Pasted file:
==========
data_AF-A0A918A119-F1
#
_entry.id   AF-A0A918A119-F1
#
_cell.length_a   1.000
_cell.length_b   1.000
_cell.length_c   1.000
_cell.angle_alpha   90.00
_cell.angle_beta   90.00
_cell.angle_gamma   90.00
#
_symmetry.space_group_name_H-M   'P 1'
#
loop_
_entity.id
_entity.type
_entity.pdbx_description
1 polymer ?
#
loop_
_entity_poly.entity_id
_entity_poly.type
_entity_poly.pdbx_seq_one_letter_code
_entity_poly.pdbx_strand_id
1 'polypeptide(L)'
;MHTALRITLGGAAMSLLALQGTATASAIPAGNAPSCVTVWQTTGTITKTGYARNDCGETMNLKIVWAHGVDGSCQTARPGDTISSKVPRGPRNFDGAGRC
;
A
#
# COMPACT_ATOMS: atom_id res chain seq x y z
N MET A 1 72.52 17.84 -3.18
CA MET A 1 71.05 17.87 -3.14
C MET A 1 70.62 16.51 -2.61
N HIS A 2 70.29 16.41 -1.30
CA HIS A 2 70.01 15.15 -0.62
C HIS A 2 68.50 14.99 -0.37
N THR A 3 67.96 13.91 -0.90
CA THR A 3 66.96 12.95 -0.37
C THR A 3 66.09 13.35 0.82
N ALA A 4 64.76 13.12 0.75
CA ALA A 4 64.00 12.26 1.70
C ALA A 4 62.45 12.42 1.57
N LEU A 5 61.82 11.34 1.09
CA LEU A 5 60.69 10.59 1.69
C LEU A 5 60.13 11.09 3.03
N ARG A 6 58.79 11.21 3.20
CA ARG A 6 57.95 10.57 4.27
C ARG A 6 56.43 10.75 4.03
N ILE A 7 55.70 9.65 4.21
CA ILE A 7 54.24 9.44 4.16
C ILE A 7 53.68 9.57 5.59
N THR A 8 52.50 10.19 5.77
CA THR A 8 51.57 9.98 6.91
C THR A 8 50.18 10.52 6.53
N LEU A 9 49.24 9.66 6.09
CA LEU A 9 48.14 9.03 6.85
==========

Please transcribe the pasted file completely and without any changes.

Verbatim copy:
data_AF-A0A918A119-F1
#
_entry.id   AF-A0A918A119-F1
#
_cell.length_a   1.000
_cell.length_b   1.000
_cell.length_c   1.000
_cell.angle_alpha   90.00
_cell.angle_beta   90.00
_cell.angle_gamma   90.00
#
_symmetry.space_group_name_H-M   'P 1'
#
loop_
_entity.id
_entity.type
_entity.pdbx_description
1 polymer ?
#
loop_
_entity_poly.entity_id
_entity_poly.type
_entity_poly.pdbx_seq_one_letter_code
_entity_poly.pdbx_strand_id
1 'polypeptide(L)'
;MHTALRITLGGAAMSLLALQGTATASAIPAGNAPSCVTVWQTTGTITKTGYARNDCGETMNLKIVWAHGVDGSCQTARPGDTISSKVPRGPRNFDGAGRC
;
A
#
# COMPACT_ATOMS: atom_id res chain seq x y z
N MET A 1 72.52 17.84 -3.18
CA MET A 1 71.05 17.87 -3.14
C MET A 1 70.62 16.51 -2.61
N HIS A 2 70.29 16.41 -1.30
CA HIS A 2 70.01 15.15 -0.62
C HIS A 2 68.50 14.99 -0.37
N THR A 3 67.96 13.91 -0.90
CA THR A 3 66.96 12.95 -0.37
C THR A 3 66.09 13.35 0.82
N ALA A 4 64.76 13.12 0.75
CA ALA A 4 64.00 12.26 1.70
C ALA A 4 62.45 12.42 1.57
N LEU A 5 61.82 11.34 1.09
CA LEU A 5 60.69 10.59 1.69
C LEU A 5 60.13 11.09 3.03
N ARG A 6 58.79 11.21 3.20
CA ARG A 6 57.95 10.57 4.27
C ARG A 6 56.43 10.75 4.03
N ILE A 7 55.70 9.65 4.21
CA ILE A 7 54.24 9.44 4.16
C ILE A 7 53.68 9.57 5.59
N THR A 8 52.50 10.19 5.77
CA THR A 8 51.57 9.98 6.91
C THR A 8 50.18 10.52 6.53
N LEU A 9 49.24 9.66 6.09
CA LEU A 9 48.14 9.03 6.85